Monday, June 28, 2010

Documentary Film Discussion "The Day My God Died": Child Sex Trafficking in Nepal

In Nepal, a small country in South Asia, hundreds of children are trafficked into work as sexual slaves each year. While nonprofits like Maiti Nepal have emerged to fight, prevent, and assist victims of sex trafficking, political, social, and economic circumstances in and around Nepal have created conditions where child slavery and trafficking persist.

A film that documents the personal, social and human rights abuses of child trafficking, "The Day My God Died" was recently screened at Harvard University (I found the video via the Geo Blog). A panel discussed the film following the screening and was hosted by the Carr Center for Human Rights Policy at the Harvard Kennedy School of Government.

Anuradha Koirala, Founder and Executive Director of Maiti Nepal, was among the panelists.

In attendance were academics, journalists, and anti-trafficking/slavery activists. One of my favorite questions was: "What do you think needs to happen in the Nepal, India and the US to change the social mindset so can not buy another human being, that it will not be tolerated." The question was asked by a woman working to curb the commercial sex trade through reducing demand for commercial sex among men.

Koirala responded without hesitation: "Education. Education. Education. Awareness."

Watch this short video - or find a way to view the film. I'll be looking for an opportunity to see it, as well!

Since 2001 the US government has supported anti-trafficking programs in Nepal. For more information on the U.S. anti-trafficking policy in Asia read this November 2009 USAID Trafficking in Persons report.

Tuesday, June 22, 2010

Guest Post: A ridiculous burger

As you are probably aware, this is a time of transition for Veritas Health. I just completed my Master's degree from Harvard School of Public Health and am moving back to the San Francisco Bay Area to begin a new phase in my public health career.

Interviewing and packing has been taking up a lot of my time these past few weeks - so I am extremely grateful to Jessica Yen, who serendipitously offered to write a guest post for VH. Jessica is a great friend and public health colleague and I hope that you enjoy her writing and insights as much as I do!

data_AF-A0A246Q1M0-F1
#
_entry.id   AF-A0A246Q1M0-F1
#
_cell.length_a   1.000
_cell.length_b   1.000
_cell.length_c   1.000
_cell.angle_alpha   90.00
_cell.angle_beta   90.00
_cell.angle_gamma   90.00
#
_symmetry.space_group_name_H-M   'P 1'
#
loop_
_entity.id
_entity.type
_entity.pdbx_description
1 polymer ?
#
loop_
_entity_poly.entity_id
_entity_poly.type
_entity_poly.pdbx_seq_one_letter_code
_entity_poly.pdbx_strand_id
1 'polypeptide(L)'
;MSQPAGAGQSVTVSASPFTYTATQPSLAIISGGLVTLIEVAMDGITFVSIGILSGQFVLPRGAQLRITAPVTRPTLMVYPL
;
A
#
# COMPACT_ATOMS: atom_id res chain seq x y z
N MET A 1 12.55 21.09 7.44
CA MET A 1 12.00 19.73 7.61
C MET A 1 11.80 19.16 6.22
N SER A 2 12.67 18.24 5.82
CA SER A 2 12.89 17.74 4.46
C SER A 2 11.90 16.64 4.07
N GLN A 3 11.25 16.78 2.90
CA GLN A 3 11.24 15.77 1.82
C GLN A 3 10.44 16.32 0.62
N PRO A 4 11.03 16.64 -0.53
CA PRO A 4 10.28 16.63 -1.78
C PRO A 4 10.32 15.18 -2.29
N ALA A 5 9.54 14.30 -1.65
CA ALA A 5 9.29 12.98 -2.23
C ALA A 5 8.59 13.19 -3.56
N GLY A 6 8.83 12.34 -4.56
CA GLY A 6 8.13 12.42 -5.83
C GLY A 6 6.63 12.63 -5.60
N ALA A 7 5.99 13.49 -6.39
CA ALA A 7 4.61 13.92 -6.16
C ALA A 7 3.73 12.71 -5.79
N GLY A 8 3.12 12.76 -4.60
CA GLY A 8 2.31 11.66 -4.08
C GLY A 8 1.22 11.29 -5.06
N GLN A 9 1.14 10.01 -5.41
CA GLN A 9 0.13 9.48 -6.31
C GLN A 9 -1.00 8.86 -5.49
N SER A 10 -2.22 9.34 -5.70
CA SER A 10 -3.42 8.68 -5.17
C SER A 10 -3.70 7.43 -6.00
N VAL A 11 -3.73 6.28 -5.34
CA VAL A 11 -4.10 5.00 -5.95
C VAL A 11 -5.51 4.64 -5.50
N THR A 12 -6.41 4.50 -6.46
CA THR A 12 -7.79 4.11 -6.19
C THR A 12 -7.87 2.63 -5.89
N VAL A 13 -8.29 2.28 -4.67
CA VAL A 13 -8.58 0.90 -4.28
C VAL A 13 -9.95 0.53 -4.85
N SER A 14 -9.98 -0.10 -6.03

- Katelyn Mack

A Ridiculous Burger
by Jessica Yen

The other day my roommate saw a report that Lotteria, a fast food chain restaurant in Japan, has a new ten-layered hamburger called the “Cheeseburger Tower.”  Ten slices of cheese alternating between ten beef patties, the burger will subtract ten dollars from your wallet and add ten points to your cholesterol level. 

The ad claims that they created the Cheeseburger Tower in response to customer demand, but really now – I’d like to have seen those focus groups!  And although one would hope that such a menu item could not possibly catch on among Japanese consumers, it’s the broader health implications that worry this household of self-professed public health nerds.

Wednesday, June 16, 2010

Lead Poisoning - A true global health problem

Around the world children are dying from lead poisoning and many more suffering from the neurological and physical health problems associated with lead exposure. In one region of Nigeria, lead poisoning has caused an estimated 163 deaths, mostly among children.

CNN ran a lead story on the tragic developments this week, even though it seems that the problem was first recognized back in January. Lead is a toxin that can cause serious neurological problems and even death in young children, as well as adults. The most commonly cited consequences of lead poisoning in the US are learning disabilities and behavior problems.

I am mostly familiar with the problem of lead poisoning affecting children and families through inadequate housing that contains lead-based paint. However, in the Zamfara State of Nigeria, the region where these recent lead-related deaths are concentrated, the source of lead exposure appears to be the minerals brought home by workers from the mines.

Tuesday, June 8, 2010

Gates Pledges $1.5b for Maternal & Child Health

The Bill & Melinda Gates Foundation has pledged $1.5 billion over 5 years to improve systems that will reduce maternal and newborn deaths and illness in the developing world. The announcement came yesterday during the Women Deliver conference.

I heard the story first on NPR  - you can access their brief interview with Melinda Gates here. But this story peppers papers from the Wall Street Journal to USA Today and has now made headlines on Politico and the Kaiser Family Foundation websites. Melinda Gates wrote her own article, 'A New Vision for the Health of Women & Children' in the Huffington Post.

The Gates Foundation sees this clearly as an area that requires public-private partnerships. In other words, they recognize that in the case of maternal & child health private organizations and nonprofits cannot have meaningful, sustainable change without the support of local and national governments.

Improving consistent access to contraceptives to prevent unwanted pregnancy clearly appears to be a major focus of the Foundation's efforts.

This investment is great news for the field of maternal and child health -- and will hopefully raise these issues to greater prominence both here in the US and abroad. In addition to raising awareness, effective use of $1.5 billion ought to have considerable impact on the health of women and children - and I hope to see and read about these improvements.